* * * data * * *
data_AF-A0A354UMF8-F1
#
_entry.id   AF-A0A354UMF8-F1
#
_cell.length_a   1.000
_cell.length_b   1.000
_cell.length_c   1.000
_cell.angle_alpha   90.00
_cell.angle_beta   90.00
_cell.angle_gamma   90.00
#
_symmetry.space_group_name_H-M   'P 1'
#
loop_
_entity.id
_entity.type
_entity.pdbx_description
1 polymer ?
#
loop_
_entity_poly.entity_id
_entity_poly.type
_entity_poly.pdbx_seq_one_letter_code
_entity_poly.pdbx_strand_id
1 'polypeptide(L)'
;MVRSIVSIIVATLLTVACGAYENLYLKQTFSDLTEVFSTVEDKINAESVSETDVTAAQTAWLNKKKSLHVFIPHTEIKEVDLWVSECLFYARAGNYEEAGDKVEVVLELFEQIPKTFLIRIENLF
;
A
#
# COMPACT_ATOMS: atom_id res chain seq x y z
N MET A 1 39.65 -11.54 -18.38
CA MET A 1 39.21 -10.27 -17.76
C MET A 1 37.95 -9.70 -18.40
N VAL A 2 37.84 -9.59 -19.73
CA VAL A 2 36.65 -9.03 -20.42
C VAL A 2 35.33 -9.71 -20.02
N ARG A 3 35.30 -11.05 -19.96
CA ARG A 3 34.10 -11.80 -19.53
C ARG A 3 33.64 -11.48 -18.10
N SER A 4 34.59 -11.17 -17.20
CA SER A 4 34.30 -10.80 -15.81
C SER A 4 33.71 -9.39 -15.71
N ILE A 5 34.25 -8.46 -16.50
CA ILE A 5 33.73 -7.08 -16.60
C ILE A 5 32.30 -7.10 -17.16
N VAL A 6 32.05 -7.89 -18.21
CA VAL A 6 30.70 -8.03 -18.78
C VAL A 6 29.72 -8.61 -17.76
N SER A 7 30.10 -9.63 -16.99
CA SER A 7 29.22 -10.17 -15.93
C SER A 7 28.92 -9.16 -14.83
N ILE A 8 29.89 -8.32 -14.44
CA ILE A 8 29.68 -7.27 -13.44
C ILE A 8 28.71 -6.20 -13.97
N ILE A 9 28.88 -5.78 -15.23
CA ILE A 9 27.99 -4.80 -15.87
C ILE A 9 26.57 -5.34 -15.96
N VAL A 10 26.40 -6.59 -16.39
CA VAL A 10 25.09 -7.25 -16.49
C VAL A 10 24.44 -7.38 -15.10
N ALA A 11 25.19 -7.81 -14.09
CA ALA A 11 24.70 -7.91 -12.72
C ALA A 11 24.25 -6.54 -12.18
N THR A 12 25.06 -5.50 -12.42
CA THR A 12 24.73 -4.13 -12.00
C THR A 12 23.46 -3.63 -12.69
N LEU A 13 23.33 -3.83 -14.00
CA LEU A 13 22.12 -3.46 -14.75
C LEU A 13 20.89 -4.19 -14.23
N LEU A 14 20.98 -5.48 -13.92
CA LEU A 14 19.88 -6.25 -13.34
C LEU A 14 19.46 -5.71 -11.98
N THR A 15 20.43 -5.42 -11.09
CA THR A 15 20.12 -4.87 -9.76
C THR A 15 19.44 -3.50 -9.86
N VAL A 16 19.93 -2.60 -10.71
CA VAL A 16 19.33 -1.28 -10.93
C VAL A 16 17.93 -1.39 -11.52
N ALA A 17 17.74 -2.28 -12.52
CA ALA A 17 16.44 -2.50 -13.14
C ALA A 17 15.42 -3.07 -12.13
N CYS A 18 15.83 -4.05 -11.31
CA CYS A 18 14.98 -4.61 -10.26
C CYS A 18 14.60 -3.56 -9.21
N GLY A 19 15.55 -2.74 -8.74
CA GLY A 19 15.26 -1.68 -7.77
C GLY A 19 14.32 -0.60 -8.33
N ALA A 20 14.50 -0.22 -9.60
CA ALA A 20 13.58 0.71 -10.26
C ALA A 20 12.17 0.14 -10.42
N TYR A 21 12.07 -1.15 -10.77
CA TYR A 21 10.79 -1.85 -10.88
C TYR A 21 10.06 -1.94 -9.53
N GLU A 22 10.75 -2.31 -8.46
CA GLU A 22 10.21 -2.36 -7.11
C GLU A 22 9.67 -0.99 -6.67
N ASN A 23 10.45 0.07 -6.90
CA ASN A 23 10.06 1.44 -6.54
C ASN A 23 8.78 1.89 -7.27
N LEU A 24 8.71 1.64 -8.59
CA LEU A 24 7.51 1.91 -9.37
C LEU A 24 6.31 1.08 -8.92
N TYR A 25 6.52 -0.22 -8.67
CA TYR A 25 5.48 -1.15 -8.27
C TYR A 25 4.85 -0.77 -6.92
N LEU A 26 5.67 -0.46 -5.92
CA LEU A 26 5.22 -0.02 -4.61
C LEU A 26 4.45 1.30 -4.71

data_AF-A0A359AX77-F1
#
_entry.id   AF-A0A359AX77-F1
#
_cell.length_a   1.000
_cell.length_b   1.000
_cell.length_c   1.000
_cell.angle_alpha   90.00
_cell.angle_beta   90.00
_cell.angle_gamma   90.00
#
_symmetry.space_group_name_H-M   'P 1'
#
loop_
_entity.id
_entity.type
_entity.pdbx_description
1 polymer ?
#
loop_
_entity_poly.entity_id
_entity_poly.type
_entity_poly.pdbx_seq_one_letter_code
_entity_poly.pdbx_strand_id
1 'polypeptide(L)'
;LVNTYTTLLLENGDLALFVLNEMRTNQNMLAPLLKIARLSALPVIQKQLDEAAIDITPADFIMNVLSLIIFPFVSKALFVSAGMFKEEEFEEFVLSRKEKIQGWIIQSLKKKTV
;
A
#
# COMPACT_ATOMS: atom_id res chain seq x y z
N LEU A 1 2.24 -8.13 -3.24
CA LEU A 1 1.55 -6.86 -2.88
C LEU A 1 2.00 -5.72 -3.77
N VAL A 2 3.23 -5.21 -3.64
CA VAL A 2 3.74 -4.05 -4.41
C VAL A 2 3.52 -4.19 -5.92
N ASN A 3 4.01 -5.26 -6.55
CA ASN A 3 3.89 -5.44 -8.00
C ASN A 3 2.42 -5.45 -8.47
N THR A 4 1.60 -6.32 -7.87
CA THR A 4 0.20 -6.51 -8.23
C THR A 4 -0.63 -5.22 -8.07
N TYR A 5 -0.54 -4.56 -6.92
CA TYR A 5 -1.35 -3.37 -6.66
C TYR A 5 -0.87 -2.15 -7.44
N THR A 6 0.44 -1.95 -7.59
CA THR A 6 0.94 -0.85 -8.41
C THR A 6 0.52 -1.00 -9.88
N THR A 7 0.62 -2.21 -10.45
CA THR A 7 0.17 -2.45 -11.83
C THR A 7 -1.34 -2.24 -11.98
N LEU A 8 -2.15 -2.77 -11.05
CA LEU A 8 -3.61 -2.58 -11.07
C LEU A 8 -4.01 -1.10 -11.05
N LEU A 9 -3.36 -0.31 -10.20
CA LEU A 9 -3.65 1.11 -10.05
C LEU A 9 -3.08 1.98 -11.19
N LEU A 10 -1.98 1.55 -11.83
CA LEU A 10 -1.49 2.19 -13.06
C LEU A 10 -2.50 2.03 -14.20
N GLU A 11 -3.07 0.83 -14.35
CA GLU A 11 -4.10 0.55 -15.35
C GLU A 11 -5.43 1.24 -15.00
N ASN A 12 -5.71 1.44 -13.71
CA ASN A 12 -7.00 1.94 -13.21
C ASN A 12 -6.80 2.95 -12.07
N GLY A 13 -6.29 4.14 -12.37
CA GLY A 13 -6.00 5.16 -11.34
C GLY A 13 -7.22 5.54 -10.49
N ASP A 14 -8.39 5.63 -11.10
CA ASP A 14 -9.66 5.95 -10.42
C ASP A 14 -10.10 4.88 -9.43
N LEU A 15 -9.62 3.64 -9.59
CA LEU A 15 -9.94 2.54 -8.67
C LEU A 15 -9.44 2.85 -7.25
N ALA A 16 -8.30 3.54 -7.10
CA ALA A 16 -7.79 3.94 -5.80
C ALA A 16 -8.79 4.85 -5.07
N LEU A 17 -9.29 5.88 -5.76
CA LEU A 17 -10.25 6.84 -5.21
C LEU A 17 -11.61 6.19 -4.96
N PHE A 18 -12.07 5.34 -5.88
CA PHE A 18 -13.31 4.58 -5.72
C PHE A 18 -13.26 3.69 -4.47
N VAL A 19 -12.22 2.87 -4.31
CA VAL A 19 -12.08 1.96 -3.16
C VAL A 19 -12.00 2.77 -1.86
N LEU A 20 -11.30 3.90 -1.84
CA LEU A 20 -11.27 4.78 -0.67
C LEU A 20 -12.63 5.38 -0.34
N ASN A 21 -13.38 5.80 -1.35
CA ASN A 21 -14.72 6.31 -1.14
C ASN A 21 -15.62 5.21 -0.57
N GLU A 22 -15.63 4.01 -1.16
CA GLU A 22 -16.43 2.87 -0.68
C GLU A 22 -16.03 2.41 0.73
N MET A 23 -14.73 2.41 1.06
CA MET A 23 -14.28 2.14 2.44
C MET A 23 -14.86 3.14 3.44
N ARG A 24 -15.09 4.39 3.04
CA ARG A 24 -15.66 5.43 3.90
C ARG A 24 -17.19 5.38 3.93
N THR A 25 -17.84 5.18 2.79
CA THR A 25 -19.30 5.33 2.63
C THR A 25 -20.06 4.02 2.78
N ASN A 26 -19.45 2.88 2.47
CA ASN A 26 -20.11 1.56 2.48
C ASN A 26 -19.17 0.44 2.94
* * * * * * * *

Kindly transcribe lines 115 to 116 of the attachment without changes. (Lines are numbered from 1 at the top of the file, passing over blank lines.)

_cell.length_c   1.000
_cell.angle_alpha   90.00